I just finished watching Rex Tillerson’s testimony with the critical (at times cynical) eye of the senior professional diplomat. While I try to keep an open mind, I have to admit that there was a part of me that was rooting against him. I now admit to myself that the little voice inside me was probably wrong.
It is not that I agree with everything Tillerson said. I don’t. As every career State Department employee knows, however, we never agree with everything our political leaders say but we nonetheless do our absolute best to implement the policies of the Administration while making sure that our political bosses know the reality of what is happening on the ground around the world.
When it comes to policy, a good diplomat needs to be as flexible as a Cirque de Solei performer. Another trait we share with a good circus performer is that we have to always be practical, recognizing the difference between what we’d like to do and what we are certain we can accomplish. A failed policy initiative – like a failed acrobatic stunt – is not an acceptable outcome. (Full disclosure: I always hated the “reset”; it was a slogan not a policy and was therefore always destined to fail.) Rex Tillerson’s testimony demonstrated to me that he is adept at the art of the contortionist, giving me hope that he will also be adept at the art of the diplomat. He is also clearly practical, always doing his utmost to advance the agenda he has assumed.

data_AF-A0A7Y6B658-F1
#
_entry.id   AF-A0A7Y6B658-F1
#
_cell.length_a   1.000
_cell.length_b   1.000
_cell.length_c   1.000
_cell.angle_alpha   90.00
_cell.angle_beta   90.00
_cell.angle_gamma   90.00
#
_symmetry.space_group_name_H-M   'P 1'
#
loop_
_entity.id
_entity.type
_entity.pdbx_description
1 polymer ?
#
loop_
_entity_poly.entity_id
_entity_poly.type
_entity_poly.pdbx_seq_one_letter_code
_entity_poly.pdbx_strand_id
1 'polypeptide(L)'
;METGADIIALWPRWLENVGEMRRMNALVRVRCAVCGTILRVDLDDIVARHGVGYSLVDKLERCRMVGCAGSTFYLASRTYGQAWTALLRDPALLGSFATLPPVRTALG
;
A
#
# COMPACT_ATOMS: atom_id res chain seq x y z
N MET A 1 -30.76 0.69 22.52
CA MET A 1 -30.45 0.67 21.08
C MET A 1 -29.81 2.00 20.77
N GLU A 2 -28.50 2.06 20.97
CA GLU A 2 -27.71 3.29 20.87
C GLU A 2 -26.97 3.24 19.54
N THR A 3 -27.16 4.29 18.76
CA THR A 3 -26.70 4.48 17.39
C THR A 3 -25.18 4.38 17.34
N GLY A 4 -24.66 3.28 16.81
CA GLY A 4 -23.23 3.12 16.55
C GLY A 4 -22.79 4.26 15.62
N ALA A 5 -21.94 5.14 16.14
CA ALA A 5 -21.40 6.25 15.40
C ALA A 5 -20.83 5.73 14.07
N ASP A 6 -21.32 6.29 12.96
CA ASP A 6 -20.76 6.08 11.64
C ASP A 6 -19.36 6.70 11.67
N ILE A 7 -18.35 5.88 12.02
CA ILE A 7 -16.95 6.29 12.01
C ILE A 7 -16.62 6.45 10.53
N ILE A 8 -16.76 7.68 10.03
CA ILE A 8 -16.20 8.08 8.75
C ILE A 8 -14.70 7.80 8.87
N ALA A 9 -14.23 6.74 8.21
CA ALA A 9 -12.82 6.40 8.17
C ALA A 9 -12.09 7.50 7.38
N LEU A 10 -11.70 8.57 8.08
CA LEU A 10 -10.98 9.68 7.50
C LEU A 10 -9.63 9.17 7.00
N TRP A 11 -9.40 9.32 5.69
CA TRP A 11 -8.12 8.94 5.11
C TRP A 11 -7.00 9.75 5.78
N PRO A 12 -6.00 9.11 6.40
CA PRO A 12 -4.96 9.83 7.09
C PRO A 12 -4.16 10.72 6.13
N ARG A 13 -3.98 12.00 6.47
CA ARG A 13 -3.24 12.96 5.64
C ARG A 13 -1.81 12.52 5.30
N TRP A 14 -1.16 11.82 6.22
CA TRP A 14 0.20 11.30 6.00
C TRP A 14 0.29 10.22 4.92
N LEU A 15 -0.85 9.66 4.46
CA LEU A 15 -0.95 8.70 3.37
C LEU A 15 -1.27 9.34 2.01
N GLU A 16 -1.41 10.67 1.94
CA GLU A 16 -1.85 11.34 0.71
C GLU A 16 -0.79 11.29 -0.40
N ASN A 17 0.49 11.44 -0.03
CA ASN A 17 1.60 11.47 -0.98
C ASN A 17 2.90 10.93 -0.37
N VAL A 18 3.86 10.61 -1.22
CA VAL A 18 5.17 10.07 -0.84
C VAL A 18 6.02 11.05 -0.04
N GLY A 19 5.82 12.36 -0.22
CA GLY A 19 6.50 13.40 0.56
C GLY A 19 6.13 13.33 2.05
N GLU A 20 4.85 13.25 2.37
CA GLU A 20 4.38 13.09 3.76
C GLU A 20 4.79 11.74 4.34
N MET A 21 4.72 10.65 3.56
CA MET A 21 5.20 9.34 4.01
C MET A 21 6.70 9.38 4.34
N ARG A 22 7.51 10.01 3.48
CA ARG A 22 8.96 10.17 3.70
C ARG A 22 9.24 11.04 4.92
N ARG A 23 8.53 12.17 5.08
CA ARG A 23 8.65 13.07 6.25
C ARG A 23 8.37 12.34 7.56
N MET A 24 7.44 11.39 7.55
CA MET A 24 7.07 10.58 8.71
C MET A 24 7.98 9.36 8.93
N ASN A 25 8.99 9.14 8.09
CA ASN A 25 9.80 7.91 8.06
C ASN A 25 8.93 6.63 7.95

The one thing I really wished Secretary-to-be Tillerson had said to lay to rest concerns about his past positions on climate change, Russia sanctions, etc., is: “When I was responsible for ExxonMobil, I did my absolute best to advance the interests of the company and its shareholders. That was my job and I did it to the best of my ability, subjugating myself and my interests to succeed at my assigned task. If confirmed, I will take that same approach to being Secretary of State, furthering the interests of the American people. Whatever my personal interests may be, I will do my absolute to defend and protect the Constitution of the United States and to advance policies that increase the security and interests of American Citizens.” While he did not speak those words, I think (or hope) that I correctly read them “between the lines.”
I’m not saying that Rex Tillerson will be our best Secretary of State ever, but he certainly won’t be the worst either. Only history can judge that. What hit me was that he is qualified and that his background and testimony gives me grounds for optimism. As an incurable pragmatist (another trait of diplomats), that’s all I can ask for.